In the high-stakes world of politics, some issues are like the infamous third rail, electrified with potential danger. Politicians who touch them risk losing their jobs and being overthrown by enraged voters. The same may be said for controversial topics like Social Security in the US or lèse-majesté in Thailand.
Pita Limjaroenrat, the progressive Move Forward Party’s candidate for prime minister in Thailand, put himself in danger when he decided to address the delicate subject of lèse-majesté, a rule that punishes anyone who offended the royal family. The law’s ambiguous language and expansive interpretation have raised issues on a national and international level, with many people falling prey to its abuse.
Young progressive Thais who participated in the pro-reform demonstrations in 2020 supported Move Forward’s request to repeal Article 112, the notorious lèse-majesté statute. To maintain the faith of its supporters and its apparent public mandate for change, the party was considered as needing to adhere to its ideological commitment to discussing politically taboo topics, especially Article 112.
The party’s plan was dangerous and ambitious, though. After their electoral victory, it was anticipated that they would gain political capital and popular support, which would sway some conservatives to favour a Move Forward-Pheu Thai coalition government. However, their boldness in suggesting budget cuts to Crown-affiliated institutions and their tenacious pursuit of Article 112 reform sparked resentment from a powerful establishment with a track record of extra-constitutional involvement and sanctioned manipulation.
It’s possible that Move Forward’s situation could have been improved by taking a more practical tack. Before tackling such a divisive matter, they might have temporarily stalled Article 112 revision to gain political clout. Furthermore, the necessity for caution and strategic thinking was highlighted by Pheu Thai’s pursuit of a more realistic course and their efforts to win over voters from the working class.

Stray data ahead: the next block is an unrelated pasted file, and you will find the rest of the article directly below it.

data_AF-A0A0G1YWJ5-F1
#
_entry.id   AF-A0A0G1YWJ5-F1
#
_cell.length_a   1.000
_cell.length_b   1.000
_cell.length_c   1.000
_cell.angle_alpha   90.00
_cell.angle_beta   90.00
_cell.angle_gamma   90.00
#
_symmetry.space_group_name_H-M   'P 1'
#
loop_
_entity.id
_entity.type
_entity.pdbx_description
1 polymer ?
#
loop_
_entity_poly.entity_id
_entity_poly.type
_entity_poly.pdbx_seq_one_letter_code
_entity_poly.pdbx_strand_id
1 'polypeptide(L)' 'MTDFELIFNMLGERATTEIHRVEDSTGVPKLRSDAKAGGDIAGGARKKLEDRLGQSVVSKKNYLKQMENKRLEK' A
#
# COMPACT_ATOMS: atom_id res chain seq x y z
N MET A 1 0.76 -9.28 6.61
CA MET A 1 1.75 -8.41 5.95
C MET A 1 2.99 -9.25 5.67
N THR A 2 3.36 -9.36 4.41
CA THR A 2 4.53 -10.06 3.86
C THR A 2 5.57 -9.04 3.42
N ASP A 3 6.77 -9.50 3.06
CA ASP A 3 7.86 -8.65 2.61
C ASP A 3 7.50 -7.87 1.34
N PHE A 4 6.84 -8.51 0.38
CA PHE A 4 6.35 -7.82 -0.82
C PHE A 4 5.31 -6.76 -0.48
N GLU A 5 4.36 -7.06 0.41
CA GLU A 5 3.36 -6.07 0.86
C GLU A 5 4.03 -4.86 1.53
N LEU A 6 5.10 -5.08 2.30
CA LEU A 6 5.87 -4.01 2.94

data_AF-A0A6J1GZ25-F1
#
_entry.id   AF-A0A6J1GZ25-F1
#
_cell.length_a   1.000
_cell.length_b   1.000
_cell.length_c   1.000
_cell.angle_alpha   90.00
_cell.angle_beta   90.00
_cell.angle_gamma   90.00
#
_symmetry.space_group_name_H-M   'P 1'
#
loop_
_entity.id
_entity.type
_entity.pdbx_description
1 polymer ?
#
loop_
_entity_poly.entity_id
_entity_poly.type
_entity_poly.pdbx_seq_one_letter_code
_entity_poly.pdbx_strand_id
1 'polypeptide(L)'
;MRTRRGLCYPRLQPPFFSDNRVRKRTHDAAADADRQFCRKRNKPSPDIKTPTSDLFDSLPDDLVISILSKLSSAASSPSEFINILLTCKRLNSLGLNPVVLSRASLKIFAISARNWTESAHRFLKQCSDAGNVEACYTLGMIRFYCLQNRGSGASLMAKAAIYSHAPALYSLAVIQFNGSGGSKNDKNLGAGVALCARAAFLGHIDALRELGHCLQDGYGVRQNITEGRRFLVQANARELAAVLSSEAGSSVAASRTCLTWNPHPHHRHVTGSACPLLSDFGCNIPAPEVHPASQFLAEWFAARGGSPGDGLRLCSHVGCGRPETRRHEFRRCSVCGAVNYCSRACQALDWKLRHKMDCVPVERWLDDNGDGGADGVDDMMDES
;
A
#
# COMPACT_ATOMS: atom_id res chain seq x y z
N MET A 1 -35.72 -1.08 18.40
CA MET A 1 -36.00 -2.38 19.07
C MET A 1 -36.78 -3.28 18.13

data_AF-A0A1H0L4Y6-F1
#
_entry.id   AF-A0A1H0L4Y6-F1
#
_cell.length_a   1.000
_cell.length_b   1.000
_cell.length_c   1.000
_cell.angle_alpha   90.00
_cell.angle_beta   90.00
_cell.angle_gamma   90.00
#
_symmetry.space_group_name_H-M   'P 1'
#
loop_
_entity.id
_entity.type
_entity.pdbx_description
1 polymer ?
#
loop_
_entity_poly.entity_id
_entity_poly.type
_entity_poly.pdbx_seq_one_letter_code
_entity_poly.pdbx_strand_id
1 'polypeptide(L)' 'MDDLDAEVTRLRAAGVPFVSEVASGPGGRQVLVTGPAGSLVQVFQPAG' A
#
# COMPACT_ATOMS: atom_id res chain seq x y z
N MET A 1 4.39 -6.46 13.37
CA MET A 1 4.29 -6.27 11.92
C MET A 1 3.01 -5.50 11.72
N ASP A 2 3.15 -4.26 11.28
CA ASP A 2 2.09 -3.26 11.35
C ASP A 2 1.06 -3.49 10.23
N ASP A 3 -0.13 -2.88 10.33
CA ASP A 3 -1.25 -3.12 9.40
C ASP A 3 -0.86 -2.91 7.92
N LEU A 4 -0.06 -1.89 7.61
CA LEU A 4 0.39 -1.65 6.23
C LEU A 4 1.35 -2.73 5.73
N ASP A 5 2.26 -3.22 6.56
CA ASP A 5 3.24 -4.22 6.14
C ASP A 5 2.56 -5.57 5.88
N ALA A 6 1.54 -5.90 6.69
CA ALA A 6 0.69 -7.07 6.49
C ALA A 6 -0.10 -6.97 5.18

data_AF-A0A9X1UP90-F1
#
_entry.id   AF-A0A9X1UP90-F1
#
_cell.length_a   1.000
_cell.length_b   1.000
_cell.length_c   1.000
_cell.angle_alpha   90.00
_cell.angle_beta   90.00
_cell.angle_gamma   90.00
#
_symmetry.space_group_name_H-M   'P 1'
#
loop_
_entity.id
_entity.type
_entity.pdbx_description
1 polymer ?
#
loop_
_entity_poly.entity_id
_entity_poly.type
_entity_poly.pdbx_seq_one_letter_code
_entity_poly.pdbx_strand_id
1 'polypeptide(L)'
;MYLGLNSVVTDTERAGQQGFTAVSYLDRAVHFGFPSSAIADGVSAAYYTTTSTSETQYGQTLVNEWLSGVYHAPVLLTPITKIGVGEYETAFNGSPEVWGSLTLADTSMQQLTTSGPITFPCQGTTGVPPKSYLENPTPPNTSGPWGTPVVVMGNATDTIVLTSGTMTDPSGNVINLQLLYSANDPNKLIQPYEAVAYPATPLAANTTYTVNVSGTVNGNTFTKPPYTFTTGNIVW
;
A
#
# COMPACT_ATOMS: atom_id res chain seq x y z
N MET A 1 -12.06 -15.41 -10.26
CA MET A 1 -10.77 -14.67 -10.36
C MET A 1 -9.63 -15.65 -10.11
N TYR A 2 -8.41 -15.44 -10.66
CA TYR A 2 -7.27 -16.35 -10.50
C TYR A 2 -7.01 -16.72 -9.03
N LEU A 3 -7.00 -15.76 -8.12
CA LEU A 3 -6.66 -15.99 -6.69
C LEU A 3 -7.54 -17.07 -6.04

The historical polarisation of conservatives and liberals, with the monarchy historically identified with anti-Communism and dissenters regarded as subversives and traitors, was a fundamental obstacle that Move Forward had to overcome. The use of protest movement iconography by the party heightened conservative opposition.
Move Forward’s problems were only made worse by Thailand’s problematic legal system and the Constitutional Court, which is heavily conservative. Any attempt to overthrow the monarchy in a nation where the concept of “nation, religion, and king” is thoroughly ingrained is met with vehement opposition from those who believe that the King should be above politics and those who support conservative causes.
Pita and Move Forward risked their political future by daring to step on Thailand’s third rail. While their pursuit of Article 112 reform may have raised awareness of the problem and helped them win elections, it also put them in danger in an unfavourable political context. The current debate is whether Move Forward will meet the same demise as its predecessor, Future Forward.
Ultimately, this circumstance emphasises how difficult it is for politicians to compromise between idealism and realism. Politicians must negotiate the political terrain with foresight, strategic preparation, and a deep awareness of the repercussions of touching the third rail while fervently seeking reforms that reflect the people’s ideals. In this high-stakes political environment, only time will tell how far the establishment will go to safeguard its interests and what fate Move Forward will face.